Four scenarios.

Each involves different situations where the consultant may, or may not, remain in the picture and on the payroll in one form or another.

In light of the recent controversial post, let’s use the scenario where the consultant is paid a fee AND is allowed to bid on the business as the servicing agent of record.

When the data is submitted to the carrier, the consultant tells the carrier how much to build in for servicing fees. In some cases the carrier will fully disclose this financial arrangement in their proposal, and sometimes not. Whether disclosed or not, the service fees are in the carriers retention charges and in turn reflected in the rates.

In simplistic terms, the rates quoted consist of two or three items. The fixed costs, referred to as the carriers retention charges, and the claim charges. The claim charges may be broken down further into expected paid claims and estimates for reserves.

Retention charges include premium taxes, home office overhead allocation, reinsurance premiums, profit margin, network access fees and agent servicing fees.

Claim charges are an estimate of future expected paid claims + the reserve margin.

Within the retention charges the only thing really open to negotiation is the agent servicing fees. Everything else is mostly set in stone.

Claim charges are another animal entirely and where the bulk of the premium dollars lie. A typical split on a large case may see fixed costs in the 10% range and claims the other 90%. This is also the area where negotiations can have a major impact on the rate finally paid by the client.

In projecting the next years claims the carrier reviews prior claims history, including shock claims. The larger, non-recurring claims are pulled out of the mix as well as those claims that exceed the SIR (self insured retention) or stop loss level for the group. In smaller cases this might be claims in excess of $50,000. With a larger group the underwriter might choose to pull out claims excess of $250,000.

The net claims are trended to arrive at an estimate for next years expected paid claims. A margin is added to the expected paid claims to arrive at a final projected claim liability.

The projected claim liability plus the carriers retention charges are added together, divided by 12 months and then divided again by the expected number of employees in an average month. This rate is the composite rate to be collected and is expected to be sufficient to cover retention charges and claims for the group.

The final calculation is to split the composite rate into 2, 3 or 4 rate factors. A four tier rate structure would have an employee rate, another rate for employee + spouse, another for employee + child(ren) and a fourth rate for employee + spouse and child(ren).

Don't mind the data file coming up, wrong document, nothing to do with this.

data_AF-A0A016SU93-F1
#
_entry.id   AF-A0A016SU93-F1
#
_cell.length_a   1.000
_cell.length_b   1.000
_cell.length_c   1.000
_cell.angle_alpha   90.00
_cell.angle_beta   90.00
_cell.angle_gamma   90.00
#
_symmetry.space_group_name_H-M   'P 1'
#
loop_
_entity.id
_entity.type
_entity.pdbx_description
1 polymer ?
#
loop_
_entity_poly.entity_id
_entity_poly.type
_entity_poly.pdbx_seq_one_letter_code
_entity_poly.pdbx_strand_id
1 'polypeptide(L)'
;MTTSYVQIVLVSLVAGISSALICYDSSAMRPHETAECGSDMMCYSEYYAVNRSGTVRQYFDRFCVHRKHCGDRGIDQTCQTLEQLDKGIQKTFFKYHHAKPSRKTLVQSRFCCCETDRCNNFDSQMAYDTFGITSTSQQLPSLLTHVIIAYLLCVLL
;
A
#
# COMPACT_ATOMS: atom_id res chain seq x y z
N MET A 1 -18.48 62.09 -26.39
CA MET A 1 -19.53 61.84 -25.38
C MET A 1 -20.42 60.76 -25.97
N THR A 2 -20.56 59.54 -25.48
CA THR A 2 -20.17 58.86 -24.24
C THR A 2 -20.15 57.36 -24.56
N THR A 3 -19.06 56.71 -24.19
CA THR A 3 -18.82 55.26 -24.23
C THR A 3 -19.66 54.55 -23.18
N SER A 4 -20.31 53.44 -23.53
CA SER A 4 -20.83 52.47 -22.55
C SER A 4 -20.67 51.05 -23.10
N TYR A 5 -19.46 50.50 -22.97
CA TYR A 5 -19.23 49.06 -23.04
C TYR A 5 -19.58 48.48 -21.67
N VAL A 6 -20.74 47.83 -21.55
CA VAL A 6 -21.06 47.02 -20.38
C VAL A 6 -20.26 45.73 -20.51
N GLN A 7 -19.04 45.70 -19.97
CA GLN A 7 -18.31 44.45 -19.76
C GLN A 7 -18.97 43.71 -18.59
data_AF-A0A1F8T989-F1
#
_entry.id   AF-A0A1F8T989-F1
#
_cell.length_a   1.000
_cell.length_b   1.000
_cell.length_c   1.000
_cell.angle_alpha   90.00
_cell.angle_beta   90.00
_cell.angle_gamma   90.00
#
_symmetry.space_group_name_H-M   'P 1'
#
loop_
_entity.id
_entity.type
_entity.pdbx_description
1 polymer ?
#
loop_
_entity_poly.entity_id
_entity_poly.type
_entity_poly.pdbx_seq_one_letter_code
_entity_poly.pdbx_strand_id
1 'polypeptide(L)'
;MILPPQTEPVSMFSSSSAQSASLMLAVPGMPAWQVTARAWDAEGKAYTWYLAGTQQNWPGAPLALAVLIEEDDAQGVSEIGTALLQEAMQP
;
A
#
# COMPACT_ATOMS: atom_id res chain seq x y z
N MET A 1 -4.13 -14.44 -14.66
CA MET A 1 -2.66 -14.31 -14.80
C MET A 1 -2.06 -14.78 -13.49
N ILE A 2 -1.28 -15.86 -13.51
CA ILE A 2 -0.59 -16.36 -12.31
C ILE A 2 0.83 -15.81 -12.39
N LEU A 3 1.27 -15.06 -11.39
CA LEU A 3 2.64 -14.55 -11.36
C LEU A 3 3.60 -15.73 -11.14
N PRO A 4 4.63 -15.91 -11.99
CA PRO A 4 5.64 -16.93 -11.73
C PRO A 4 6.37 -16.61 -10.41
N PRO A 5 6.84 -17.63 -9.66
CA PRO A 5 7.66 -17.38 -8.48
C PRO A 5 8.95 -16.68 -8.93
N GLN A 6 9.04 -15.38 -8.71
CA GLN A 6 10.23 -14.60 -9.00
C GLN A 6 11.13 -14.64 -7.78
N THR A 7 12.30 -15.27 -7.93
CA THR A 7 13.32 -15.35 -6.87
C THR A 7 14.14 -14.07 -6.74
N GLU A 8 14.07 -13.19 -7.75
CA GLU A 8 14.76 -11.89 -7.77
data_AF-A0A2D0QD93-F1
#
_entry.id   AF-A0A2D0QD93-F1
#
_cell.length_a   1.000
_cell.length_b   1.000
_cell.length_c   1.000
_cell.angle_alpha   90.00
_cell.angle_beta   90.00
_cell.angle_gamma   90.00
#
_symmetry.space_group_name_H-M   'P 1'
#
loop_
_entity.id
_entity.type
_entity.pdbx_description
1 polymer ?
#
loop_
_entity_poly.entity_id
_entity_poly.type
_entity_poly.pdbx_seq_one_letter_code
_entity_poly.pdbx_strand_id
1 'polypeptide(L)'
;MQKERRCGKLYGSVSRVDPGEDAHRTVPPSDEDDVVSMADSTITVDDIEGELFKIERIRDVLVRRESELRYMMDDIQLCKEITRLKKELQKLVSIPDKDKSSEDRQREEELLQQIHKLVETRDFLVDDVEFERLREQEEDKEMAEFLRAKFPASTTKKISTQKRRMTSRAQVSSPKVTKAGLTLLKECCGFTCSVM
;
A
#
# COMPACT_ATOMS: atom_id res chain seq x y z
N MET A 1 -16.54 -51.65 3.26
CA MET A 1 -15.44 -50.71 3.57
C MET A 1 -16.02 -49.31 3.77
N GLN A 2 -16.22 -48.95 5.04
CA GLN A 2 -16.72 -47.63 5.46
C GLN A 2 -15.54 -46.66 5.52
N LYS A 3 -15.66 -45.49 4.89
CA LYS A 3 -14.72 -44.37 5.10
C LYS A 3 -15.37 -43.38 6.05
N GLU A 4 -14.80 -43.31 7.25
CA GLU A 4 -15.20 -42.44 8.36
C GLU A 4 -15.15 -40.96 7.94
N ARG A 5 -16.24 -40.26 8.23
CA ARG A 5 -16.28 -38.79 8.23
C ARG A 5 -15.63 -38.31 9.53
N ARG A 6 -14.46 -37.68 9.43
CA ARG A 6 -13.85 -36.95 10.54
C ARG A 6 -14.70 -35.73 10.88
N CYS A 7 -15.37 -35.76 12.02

The carrier proposal is then compared by the consultant against other proposals from competing carriers and presented to the client for review.

A wise buyer will ask for a full disclosure and a break down of the retention charges as well as claim trend factors & margins. As part of the buyers due diligence they should also review not only the consultants proposal but the actual bid as submitted by the carrier.

Once all the information is on the table, the final negotiations can begin.

I say final because a good consultant will have already negotiated some items with the carriers before ever making a presentation to the client. If claim projections appear out of line with other carriers, or if the retention fees are in misstep the consultant should have already pointed this out to the bidding carriers.

Some clients (mistakenly) make a decision based solely on the lowest combined premium. Others focus (also mistakenly) on the claim figures since they make up the largest portion of the total cost of the plan. The client may attempt to secure a lower rate by asking the carrier to review the total package, or just the claim figures.

Claims have the most wiggle room since a relatively minor adjustment to trend or margins can have a major impact on the final, total cost of the plan. In order to get the numbers in line the carrier can age the data by averaging the composite claim costs over an 18 or 24 month time frame rather than the most recent 12 months. They can also look for month to month trends in the claims that could show an improving claim factor (where month to month claims per capita are declining) as opposed to a deteriorating one.

Future claims can be trended at 10% vs. 12% and can significantly impact the final total. Claim margins are typically calculated at 25% but on occasion I have seen those margins reduced to 10%.

Adding all this up, an improving and re-aged claim history, plus lower trend for future claims, plus lower margin can make a 20% or more difference in the final TOTAL rate charged to the client.

All the while, nothing has ever been said about the retention charges.

Most buyers focus on the bigger number and completely ignore this fact. The cost of the plan over the next 12 months will vary only by the amount that is being charged to administer the fund. The future claims will be what they will be, regardless of whether they were trended at 10% or 12%. Future claims will be the same whether the margin is 10% or 25%. It does not matter if Aetna is paying the claims or Blue Cross or a TPA. The final result will be the same.

The ONLY difference in the total cost of running the plan is how much the carrier or TPA is going to charge to administer the plan. Everything else is extraneous.